What does Jordan means when she says, "And I like large parties.  They're so intimate.  At small parties there isn't any privacy"?  What does it reveal about her character?

This statement reveals that Jordan enjoys cultivating a public persona that does not reflect who she actually is. A large party allows her to blend in and only interact with the people she chooses. At a smaller gathering, she would be too open to closer examination which might reveal her dishonest nature.

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Jordan's statement means that large parties allow her to mingle and associate with the people she chooses without necessarily being noticed by the rest of the partygoers. The noise, the music, the large number of people, and the generalized excitement let any one person slip in, find her own set, and quietly have her own party within the larger party. We see this happening at Gatsby's party, where, for example, a small party of people that included Nick, are able to talk unnoticed in the din, or even meet, by chance, in the library. This is a huge contrast, say, to the party of five forced together later, in the heat, at the Plaza hotel, where there is no escape, no privavy.

The statement reinforces that Jordan is witty, clever, and has dry sense of humor. It also shows, as Nick realizes, that Jordan carefully guards her privacy so that she can:

keep that cool, insolent smile turned to the world and yet satisfy the demands of her hard jaunty body.

Many critics have interpreted Jordan as a lesbian using dating Nick as a form of cover. Whether or not this is true, Jordan has a personality that stays detached. Like Nick, she plays the role of observer rather than central actor in most settings. He notes her at times trying to mentally transport herself from unpleasant scenes by lifting her chin and seeming to concentrate on an invisible ball perched on its tip.

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Despite having cultivated a public persona as a glamorous professional golfer, Jordan Baker is actually a very private person in many ways. This likely stems from her penchant to lie, cheat, and deceive others.

The fact that she prefers large parties to small ones helps her maintain this. At a large party, she can make sure that she is seen by many other people. However, she does not need to interact with anyone she does not want to. At small parties, she is unable to hide among the crowd. She is forced to interact with whomever else is there. As such, Jordan likely finds it tiresome or even stressful to maintain all the deception that she cultivates in public.

We see just how she enjoys the intimacy of a large party in Chapter 3. Here, she is at one of Gatsby's massive and opulent parties. There are likely hundreds of people in attendance. However, the only person we see her interact with on any meaningful level is Nick. Almost every other person she sees she either ignores, gossips about, observes from a distance, or speaks to only in the most superficial way. At a large party such as this, Jordan has much more control than she would in a smaller setting.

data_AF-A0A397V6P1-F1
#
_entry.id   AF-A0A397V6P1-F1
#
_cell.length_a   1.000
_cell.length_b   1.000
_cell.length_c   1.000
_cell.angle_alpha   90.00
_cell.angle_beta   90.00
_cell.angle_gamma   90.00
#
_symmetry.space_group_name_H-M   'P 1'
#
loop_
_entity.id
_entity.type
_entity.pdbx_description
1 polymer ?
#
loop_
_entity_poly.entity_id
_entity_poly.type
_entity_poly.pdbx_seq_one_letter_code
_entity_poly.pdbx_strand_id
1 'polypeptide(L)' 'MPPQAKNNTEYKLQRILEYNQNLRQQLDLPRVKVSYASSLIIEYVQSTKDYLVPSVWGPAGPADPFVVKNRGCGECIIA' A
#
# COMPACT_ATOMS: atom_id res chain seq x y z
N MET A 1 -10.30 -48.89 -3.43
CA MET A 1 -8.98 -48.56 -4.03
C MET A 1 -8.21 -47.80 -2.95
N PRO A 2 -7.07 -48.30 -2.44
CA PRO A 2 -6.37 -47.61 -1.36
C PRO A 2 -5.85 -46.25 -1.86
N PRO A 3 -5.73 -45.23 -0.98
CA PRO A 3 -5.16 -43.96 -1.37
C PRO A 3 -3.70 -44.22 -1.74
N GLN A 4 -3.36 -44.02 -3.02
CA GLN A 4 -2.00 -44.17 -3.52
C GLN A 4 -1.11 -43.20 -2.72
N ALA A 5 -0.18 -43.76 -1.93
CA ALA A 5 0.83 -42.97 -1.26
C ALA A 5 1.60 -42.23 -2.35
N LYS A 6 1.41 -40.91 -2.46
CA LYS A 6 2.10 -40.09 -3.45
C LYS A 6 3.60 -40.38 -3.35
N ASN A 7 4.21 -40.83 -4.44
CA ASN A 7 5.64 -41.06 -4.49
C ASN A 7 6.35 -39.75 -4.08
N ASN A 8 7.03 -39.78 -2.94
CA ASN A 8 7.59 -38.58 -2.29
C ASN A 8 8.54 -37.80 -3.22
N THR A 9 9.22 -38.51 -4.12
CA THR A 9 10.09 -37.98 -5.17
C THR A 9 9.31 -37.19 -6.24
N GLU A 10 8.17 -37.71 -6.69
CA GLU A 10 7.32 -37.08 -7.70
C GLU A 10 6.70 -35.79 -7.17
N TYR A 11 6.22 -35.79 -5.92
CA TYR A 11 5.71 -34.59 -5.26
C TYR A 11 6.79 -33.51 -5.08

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This comment of Jordan's also seems to support what Nick says about her, that "She [is] incurably dishonest."  Jordan is someone who likes to control her environment, and this is probably because she is so dishonest.  Nick recalls why he felt Jordan looked familiar at first: he initially recognized her from a near-scandal involving her alleged cheating in a golf tournament, an allegation that seems all the more true because it was hushed up so quickly when witnesses retracted their statements.  At a large party, Jordan can blend in more; she can control to whom she speaks, and it would be easier to escape someone she might not want to end up in conversation with.  At a small party, Jordan would likely be forced to speak with everyone present, and she would have a great deal less control over her conversation partners.  Nick says that she avoids "clever, shrewd men," and this is likely because they are more apt to pick up on her lies.  Further, "She wasn't able to endure being at a disadvantage," at which her loss of control in a small party would put her.  Jordan's comments ultimately seem to confirm her dishonesty and her need to control her surroundings so that she can manipulate them as deftly as possible.

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It's easier to get away unnoticed in a large crowd and spend time alone with someone than it would be if you were with a small group (everyone would notice you were gone right away).

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Although it sounds paradoxical, Jordan's statement does, in fact, make perfect sense!

Think about it this way--if you are in a room full of 100 people, and you are speaking to someone next to you, chances are that no one else in the room is listening in to your conversation--they can't! There would be too much noise and commotion and far too many distractions.

However, if you are at a small gathering of say 15 people, the chance that ALL guests are involved in conversation on one topic increases. Also, if you are engaged in a one-on-one conversation at this smaller party, the odds are greater that someone will overhear what's being said or that someone will come to your table and try to join in the conversation.

So, when Jordan says large parties are intimate, she means that large parties offer the opportunity for discussions in smaller groups that will not be overheard by all, whereas at a small party, everyone is aware of what everyone else is saying.

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